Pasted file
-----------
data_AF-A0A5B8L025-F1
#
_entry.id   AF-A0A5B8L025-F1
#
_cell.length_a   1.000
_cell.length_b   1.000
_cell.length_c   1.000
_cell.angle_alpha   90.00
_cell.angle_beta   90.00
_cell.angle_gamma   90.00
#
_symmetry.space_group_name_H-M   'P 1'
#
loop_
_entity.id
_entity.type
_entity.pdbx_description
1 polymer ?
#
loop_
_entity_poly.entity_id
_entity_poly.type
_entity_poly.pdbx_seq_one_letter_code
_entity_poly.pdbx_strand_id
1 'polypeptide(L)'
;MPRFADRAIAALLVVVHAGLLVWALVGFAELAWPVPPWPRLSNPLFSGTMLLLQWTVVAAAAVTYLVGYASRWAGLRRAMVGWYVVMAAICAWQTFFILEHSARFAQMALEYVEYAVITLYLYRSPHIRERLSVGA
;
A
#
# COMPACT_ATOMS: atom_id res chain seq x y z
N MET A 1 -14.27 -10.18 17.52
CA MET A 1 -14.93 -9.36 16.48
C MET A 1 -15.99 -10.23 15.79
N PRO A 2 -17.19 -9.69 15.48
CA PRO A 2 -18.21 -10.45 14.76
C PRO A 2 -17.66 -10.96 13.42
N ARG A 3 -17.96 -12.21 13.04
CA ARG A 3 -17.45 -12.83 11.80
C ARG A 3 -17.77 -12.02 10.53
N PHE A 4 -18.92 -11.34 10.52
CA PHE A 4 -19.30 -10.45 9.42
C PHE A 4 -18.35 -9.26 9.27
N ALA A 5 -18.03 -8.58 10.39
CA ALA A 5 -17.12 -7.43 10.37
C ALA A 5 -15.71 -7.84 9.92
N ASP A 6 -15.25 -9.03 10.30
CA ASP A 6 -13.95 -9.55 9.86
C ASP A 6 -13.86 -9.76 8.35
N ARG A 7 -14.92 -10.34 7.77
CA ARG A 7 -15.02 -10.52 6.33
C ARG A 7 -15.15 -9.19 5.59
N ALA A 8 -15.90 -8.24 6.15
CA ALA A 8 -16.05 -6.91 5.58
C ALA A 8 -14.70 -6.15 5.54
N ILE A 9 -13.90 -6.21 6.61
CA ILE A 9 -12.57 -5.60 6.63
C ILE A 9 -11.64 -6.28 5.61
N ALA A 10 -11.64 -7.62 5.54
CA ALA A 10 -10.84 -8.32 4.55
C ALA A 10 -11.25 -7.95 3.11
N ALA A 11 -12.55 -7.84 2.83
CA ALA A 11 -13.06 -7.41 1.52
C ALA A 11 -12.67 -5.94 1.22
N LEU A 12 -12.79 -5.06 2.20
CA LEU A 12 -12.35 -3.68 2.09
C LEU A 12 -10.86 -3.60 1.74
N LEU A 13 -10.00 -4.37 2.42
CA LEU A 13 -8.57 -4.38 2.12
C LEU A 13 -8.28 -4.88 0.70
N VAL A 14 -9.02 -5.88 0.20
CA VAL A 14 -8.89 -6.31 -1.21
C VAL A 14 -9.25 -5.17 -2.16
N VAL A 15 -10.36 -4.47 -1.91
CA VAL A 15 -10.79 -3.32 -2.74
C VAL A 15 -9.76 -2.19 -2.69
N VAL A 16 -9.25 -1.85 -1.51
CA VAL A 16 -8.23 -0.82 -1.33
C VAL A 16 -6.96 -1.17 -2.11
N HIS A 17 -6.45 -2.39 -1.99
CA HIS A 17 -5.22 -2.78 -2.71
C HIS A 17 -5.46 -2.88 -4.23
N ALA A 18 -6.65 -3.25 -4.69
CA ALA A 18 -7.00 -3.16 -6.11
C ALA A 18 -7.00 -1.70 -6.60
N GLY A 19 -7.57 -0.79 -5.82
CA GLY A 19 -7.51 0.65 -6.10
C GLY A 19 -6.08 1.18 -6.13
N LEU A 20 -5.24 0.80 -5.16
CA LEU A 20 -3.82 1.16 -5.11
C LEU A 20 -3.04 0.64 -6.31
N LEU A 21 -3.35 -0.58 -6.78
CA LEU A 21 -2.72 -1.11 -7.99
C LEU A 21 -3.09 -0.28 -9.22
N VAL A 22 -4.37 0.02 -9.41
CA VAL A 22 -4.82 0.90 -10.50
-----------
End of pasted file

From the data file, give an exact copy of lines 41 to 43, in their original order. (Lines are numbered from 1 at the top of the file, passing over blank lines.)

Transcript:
CA PHE A 4 -19.30 -10.45 9.42
C PHE A 4 -18.35 -9.26 9.27
N ALA A 5 -18.03 -8.58 10.39